13. The Orbits exercise were we moved our hips in a circular motion was painful for my feet and ankles, but I loved it! I already noticed a difference in my strength and stabilization after two classes of this. This exercise brought awareness to muscles that I’m not used to activating. It led me to another way of looking at stability, as opposed to balancing by holding my breath or clenching my abdominal muscles. I usually hop through the adagio in ballet. Although I still made adjustments, I recalled the technique used in modern class and tried to incorporated that into certain ballet exercises. I realized how necessary it was to know how to multitask when we did the combination with a lot of internal and external rotation with our arms and legs. Along with trying to accomplish a wider range of turnout in my legs, we were thinking about turnout in our shoulder joints (something I’m also not used to doing). The external rotation of the arms opened up my chest a little more, helping me keep my shoulders back and relaxed. Also, in regards to the question about, “when to stop?” I have learned that pushing myself to that point where I think I can’t continue, builds stamina and strength. If we stop every time we are tired, it’s hard to say if we are improving or making any progress. Obviously it would be smart to stop if you are in serious pain or going to pull a muscle, but feeling weaknesses in specific muscles motivates me to strengthen them!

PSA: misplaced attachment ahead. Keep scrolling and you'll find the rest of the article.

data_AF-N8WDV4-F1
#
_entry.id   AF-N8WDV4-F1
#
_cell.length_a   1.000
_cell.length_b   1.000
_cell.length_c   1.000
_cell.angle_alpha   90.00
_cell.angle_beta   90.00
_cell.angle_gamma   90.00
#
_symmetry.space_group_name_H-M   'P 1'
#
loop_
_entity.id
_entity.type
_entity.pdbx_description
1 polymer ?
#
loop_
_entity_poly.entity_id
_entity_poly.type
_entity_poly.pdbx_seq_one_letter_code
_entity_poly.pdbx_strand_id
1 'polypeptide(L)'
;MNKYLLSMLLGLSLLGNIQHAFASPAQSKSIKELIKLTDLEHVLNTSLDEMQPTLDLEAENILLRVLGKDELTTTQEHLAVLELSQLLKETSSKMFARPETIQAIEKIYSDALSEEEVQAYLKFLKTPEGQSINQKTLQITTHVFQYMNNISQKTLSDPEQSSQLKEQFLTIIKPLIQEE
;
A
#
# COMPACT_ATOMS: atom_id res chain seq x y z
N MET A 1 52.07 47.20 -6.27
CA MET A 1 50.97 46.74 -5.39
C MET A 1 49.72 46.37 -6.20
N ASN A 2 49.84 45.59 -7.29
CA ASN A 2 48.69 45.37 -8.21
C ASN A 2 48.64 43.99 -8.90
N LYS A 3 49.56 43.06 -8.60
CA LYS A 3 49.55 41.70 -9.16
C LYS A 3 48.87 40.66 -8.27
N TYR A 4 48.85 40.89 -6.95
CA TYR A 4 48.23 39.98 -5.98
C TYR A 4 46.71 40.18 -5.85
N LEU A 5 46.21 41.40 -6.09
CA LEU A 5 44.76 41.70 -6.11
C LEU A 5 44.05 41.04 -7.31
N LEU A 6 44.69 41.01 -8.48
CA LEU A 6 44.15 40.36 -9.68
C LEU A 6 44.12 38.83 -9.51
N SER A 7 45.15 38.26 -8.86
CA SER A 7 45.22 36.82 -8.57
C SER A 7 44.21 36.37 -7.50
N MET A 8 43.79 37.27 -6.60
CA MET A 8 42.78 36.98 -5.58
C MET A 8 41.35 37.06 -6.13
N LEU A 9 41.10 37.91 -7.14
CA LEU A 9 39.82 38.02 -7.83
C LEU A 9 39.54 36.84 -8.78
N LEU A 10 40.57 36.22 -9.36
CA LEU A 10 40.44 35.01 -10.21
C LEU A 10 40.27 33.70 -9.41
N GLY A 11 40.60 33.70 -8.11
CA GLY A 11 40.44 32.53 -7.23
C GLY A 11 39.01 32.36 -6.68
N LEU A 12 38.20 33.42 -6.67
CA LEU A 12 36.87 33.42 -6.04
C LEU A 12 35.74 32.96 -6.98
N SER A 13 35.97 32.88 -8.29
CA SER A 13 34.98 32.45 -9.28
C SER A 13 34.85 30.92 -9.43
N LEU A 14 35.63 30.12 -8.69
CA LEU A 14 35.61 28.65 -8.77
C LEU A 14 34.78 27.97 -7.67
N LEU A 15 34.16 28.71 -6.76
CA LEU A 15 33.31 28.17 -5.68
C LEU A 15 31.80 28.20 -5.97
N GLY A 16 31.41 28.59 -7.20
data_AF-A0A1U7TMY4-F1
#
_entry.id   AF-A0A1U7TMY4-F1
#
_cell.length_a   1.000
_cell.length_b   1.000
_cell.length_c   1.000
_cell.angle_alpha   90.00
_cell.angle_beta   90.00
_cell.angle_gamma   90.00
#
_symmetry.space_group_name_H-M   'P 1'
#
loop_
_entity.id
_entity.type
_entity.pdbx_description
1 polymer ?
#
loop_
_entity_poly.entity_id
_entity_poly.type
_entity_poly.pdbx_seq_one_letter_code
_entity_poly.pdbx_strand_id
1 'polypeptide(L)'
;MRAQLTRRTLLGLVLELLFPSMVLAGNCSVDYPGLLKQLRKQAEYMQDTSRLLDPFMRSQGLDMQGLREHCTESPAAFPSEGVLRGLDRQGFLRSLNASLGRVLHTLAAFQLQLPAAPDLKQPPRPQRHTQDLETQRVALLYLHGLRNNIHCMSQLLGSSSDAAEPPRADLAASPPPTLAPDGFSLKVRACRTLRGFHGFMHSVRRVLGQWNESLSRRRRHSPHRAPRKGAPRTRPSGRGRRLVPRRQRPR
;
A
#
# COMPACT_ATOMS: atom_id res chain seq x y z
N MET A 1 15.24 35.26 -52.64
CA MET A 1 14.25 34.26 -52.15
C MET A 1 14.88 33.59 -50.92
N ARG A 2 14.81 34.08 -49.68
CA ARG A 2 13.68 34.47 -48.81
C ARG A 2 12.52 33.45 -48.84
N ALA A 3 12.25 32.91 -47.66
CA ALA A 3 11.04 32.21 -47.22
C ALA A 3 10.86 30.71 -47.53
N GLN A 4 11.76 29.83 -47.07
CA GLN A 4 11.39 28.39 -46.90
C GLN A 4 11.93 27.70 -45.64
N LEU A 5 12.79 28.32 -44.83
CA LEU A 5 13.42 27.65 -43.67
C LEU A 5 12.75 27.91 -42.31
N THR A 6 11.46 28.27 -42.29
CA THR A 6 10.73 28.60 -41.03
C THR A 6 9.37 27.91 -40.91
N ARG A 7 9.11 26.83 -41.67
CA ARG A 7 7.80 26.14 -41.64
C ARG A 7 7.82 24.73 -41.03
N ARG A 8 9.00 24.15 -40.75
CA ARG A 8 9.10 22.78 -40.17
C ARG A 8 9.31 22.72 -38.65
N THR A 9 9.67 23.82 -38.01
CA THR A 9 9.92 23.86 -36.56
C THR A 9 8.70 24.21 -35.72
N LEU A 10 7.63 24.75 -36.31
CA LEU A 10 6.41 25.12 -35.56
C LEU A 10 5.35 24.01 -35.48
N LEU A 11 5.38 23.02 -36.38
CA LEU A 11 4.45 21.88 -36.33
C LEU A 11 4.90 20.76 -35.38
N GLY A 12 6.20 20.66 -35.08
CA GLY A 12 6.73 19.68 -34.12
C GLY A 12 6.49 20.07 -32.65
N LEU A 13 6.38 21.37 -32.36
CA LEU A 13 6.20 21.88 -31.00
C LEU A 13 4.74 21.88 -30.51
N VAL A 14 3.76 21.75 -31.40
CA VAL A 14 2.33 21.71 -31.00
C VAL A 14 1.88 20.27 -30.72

14. After reading the rest of the comments, it feels like the general consensus is that orbits are very very hard and they tend to point out separate weaknesses that each of us might have. For me, the exercise was more of a stop and start (to re-adjust) rather than fluid movement. Thus, my weaknesses were revealed; stability and fluidity!